Ever read a job ad like this? “Wanted, poor communicator who will alienate our customers.” How about a personal ad like this? “Seeking someone who will ignore me, dominate the conversation and make me feel unwanted.” Not likely, is it?
Communication, the ability to exchange information and really connect with another person is essential in all parts of life. Unfortunately this is one of those areas neglected by traditional schooling and often left out of family socialization. But take heart, you can learn the art of conversation. Here are some foundational tips to get you started on having conversations that connect.
Assume that people want to talk to you. This helps you to cultivate an attitude and aura of openness and approachability. What does this look like? Relaxed body language is the first step. Have a ready smile and make good eye contact. If you are nervous, uncomfortable in your skin, or feeling down it will show. Remind yourself before you venture out of your value as a person. You are worth talking to and getting to know.
Avoid “peppering” someone with questions. A conversation is not an interrogation. This is especially important on first dates and when establishing a new networking contact. The point of these conversations is to get to know the other person, not to check off your list of questions. If someone is peppering you with questions slow them down by taking a breath (a pause) and thoughtfully and completely answering one of their questions. Then ask them what they think.
Be truly interested in people. Stephen Covey is famous for saying, “Seek first to understand, then be understood.” There’s a very good reason this advice is as fresh today as it was years ago when he first gave it to us, it works. People want to talk to, be around and connect with those who are genuinely interested in getting to know and understand them. One of the problems with many “conversations”, especially at networking events is we are too busy sizing up what someone could do for us we forget to get to know them as a person. We see only the job title or potential lead.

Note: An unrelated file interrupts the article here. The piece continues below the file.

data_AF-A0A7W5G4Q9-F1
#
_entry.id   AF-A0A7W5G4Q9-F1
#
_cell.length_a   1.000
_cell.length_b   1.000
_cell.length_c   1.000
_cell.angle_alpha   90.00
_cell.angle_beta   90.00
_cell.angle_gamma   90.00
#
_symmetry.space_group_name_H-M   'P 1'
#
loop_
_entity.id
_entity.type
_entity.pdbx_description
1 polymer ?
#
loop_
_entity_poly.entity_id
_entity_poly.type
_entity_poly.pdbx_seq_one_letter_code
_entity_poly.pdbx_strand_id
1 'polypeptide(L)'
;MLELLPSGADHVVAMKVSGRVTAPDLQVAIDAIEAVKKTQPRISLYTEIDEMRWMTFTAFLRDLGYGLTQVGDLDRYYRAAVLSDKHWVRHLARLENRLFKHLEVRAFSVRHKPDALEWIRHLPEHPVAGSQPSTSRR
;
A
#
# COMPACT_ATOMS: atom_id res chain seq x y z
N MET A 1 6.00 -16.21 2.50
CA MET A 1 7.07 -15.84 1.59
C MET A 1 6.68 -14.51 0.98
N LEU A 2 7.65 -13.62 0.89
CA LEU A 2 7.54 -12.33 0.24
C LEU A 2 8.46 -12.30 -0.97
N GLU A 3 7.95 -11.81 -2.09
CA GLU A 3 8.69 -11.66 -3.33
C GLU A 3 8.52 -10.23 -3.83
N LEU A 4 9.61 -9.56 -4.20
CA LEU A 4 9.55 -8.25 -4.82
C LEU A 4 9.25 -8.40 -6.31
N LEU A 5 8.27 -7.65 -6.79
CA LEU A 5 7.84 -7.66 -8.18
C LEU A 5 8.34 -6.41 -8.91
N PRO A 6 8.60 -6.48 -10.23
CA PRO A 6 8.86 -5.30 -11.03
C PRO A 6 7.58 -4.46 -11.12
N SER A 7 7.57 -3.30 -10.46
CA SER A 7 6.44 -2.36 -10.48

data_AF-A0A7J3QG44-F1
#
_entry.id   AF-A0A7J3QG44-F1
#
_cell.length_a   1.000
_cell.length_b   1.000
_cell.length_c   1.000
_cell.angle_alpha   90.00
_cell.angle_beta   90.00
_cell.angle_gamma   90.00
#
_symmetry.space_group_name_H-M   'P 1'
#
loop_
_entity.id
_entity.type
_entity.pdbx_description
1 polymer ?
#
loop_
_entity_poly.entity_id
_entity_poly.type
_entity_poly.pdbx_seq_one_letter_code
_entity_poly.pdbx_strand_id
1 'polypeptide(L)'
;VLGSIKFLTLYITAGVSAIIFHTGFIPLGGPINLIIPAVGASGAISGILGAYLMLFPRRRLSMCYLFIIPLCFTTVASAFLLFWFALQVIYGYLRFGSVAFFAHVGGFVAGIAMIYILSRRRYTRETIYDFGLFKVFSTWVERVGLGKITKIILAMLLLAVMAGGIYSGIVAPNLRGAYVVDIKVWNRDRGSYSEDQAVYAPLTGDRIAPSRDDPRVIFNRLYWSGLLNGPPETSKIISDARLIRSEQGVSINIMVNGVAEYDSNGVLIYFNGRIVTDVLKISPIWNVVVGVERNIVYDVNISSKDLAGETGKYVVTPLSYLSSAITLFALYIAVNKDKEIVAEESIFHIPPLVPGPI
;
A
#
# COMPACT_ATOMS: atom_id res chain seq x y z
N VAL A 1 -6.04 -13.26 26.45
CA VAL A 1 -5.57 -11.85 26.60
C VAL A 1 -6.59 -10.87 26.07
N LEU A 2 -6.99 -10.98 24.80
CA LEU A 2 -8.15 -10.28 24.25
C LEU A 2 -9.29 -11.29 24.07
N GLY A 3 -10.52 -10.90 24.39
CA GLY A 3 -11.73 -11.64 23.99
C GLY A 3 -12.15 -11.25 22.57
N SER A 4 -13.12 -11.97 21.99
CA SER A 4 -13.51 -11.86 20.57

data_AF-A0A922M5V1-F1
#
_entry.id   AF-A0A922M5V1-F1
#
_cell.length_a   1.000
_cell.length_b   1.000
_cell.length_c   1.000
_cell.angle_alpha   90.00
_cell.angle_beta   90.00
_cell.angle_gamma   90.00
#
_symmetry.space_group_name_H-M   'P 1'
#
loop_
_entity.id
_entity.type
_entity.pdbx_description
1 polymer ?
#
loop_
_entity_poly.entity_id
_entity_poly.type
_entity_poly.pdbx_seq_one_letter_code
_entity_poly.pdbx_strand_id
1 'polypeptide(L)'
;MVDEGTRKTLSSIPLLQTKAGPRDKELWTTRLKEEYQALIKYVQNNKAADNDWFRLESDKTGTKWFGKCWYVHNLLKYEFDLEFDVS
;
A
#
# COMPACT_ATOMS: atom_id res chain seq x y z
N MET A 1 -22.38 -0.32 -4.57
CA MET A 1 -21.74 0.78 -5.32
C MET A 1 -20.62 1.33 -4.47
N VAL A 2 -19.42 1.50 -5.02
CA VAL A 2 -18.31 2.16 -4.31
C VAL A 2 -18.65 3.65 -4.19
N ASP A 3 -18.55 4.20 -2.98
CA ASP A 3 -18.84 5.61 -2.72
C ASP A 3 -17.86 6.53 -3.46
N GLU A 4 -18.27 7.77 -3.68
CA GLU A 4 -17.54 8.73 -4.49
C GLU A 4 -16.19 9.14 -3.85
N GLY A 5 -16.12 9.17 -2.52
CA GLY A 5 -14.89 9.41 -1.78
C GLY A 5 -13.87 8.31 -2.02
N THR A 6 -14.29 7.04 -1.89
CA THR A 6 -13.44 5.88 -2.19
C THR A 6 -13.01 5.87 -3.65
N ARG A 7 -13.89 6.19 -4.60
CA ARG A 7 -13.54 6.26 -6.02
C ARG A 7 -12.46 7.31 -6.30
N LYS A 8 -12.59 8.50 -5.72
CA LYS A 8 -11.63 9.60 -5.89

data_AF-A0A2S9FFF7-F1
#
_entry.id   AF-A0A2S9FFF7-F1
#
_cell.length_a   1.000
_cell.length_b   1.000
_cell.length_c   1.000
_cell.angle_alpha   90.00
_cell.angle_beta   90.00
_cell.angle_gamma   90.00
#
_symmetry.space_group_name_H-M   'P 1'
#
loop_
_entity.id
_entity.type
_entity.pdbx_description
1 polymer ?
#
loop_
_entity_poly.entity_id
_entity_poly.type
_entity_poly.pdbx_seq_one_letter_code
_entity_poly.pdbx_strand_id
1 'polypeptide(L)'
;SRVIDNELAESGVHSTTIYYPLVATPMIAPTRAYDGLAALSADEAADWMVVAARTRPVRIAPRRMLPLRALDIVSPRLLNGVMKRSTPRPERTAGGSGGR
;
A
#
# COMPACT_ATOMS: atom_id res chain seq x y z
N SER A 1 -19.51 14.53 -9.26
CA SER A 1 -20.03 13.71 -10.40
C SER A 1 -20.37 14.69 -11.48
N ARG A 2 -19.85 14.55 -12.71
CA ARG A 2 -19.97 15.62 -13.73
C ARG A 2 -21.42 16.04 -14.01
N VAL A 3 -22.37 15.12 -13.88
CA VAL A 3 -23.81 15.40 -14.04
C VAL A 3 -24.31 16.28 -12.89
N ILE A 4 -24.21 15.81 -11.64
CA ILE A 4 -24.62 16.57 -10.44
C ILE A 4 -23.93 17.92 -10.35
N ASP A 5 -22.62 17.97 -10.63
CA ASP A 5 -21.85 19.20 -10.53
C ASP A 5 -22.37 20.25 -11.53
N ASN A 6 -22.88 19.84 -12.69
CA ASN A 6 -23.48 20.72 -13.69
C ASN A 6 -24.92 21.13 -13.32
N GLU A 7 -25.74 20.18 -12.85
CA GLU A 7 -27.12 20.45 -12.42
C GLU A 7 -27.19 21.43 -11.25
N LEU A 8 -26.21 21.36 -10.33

Ask open-ended questions, reflect and clarify, these are the basics of active listening. Sadly we don’t teach the art of conversation (or listening) in schools or even in most business training programs. Like other essential life skills, your mastery of the art of conversation will improve with practice. When you can, ask people what they think or feel about a situation instead of “yes/no” questions like, “Do you like X?” If you aren’t sure what someone means or if you would like to draw out more details, paraphrase what they said (reflect it back) and offer them the chance to add more. For example, “It sounds like your boss really surprised you with this new project. What do you think you’ll do next?”
Really connecting with others is the first step to so many important things in business and in life. After all you can’t work with or socialize with someone if you can’t first talk to them. Never feel ashamed of seeking help to develop these skills; they can make the difference between success and failure.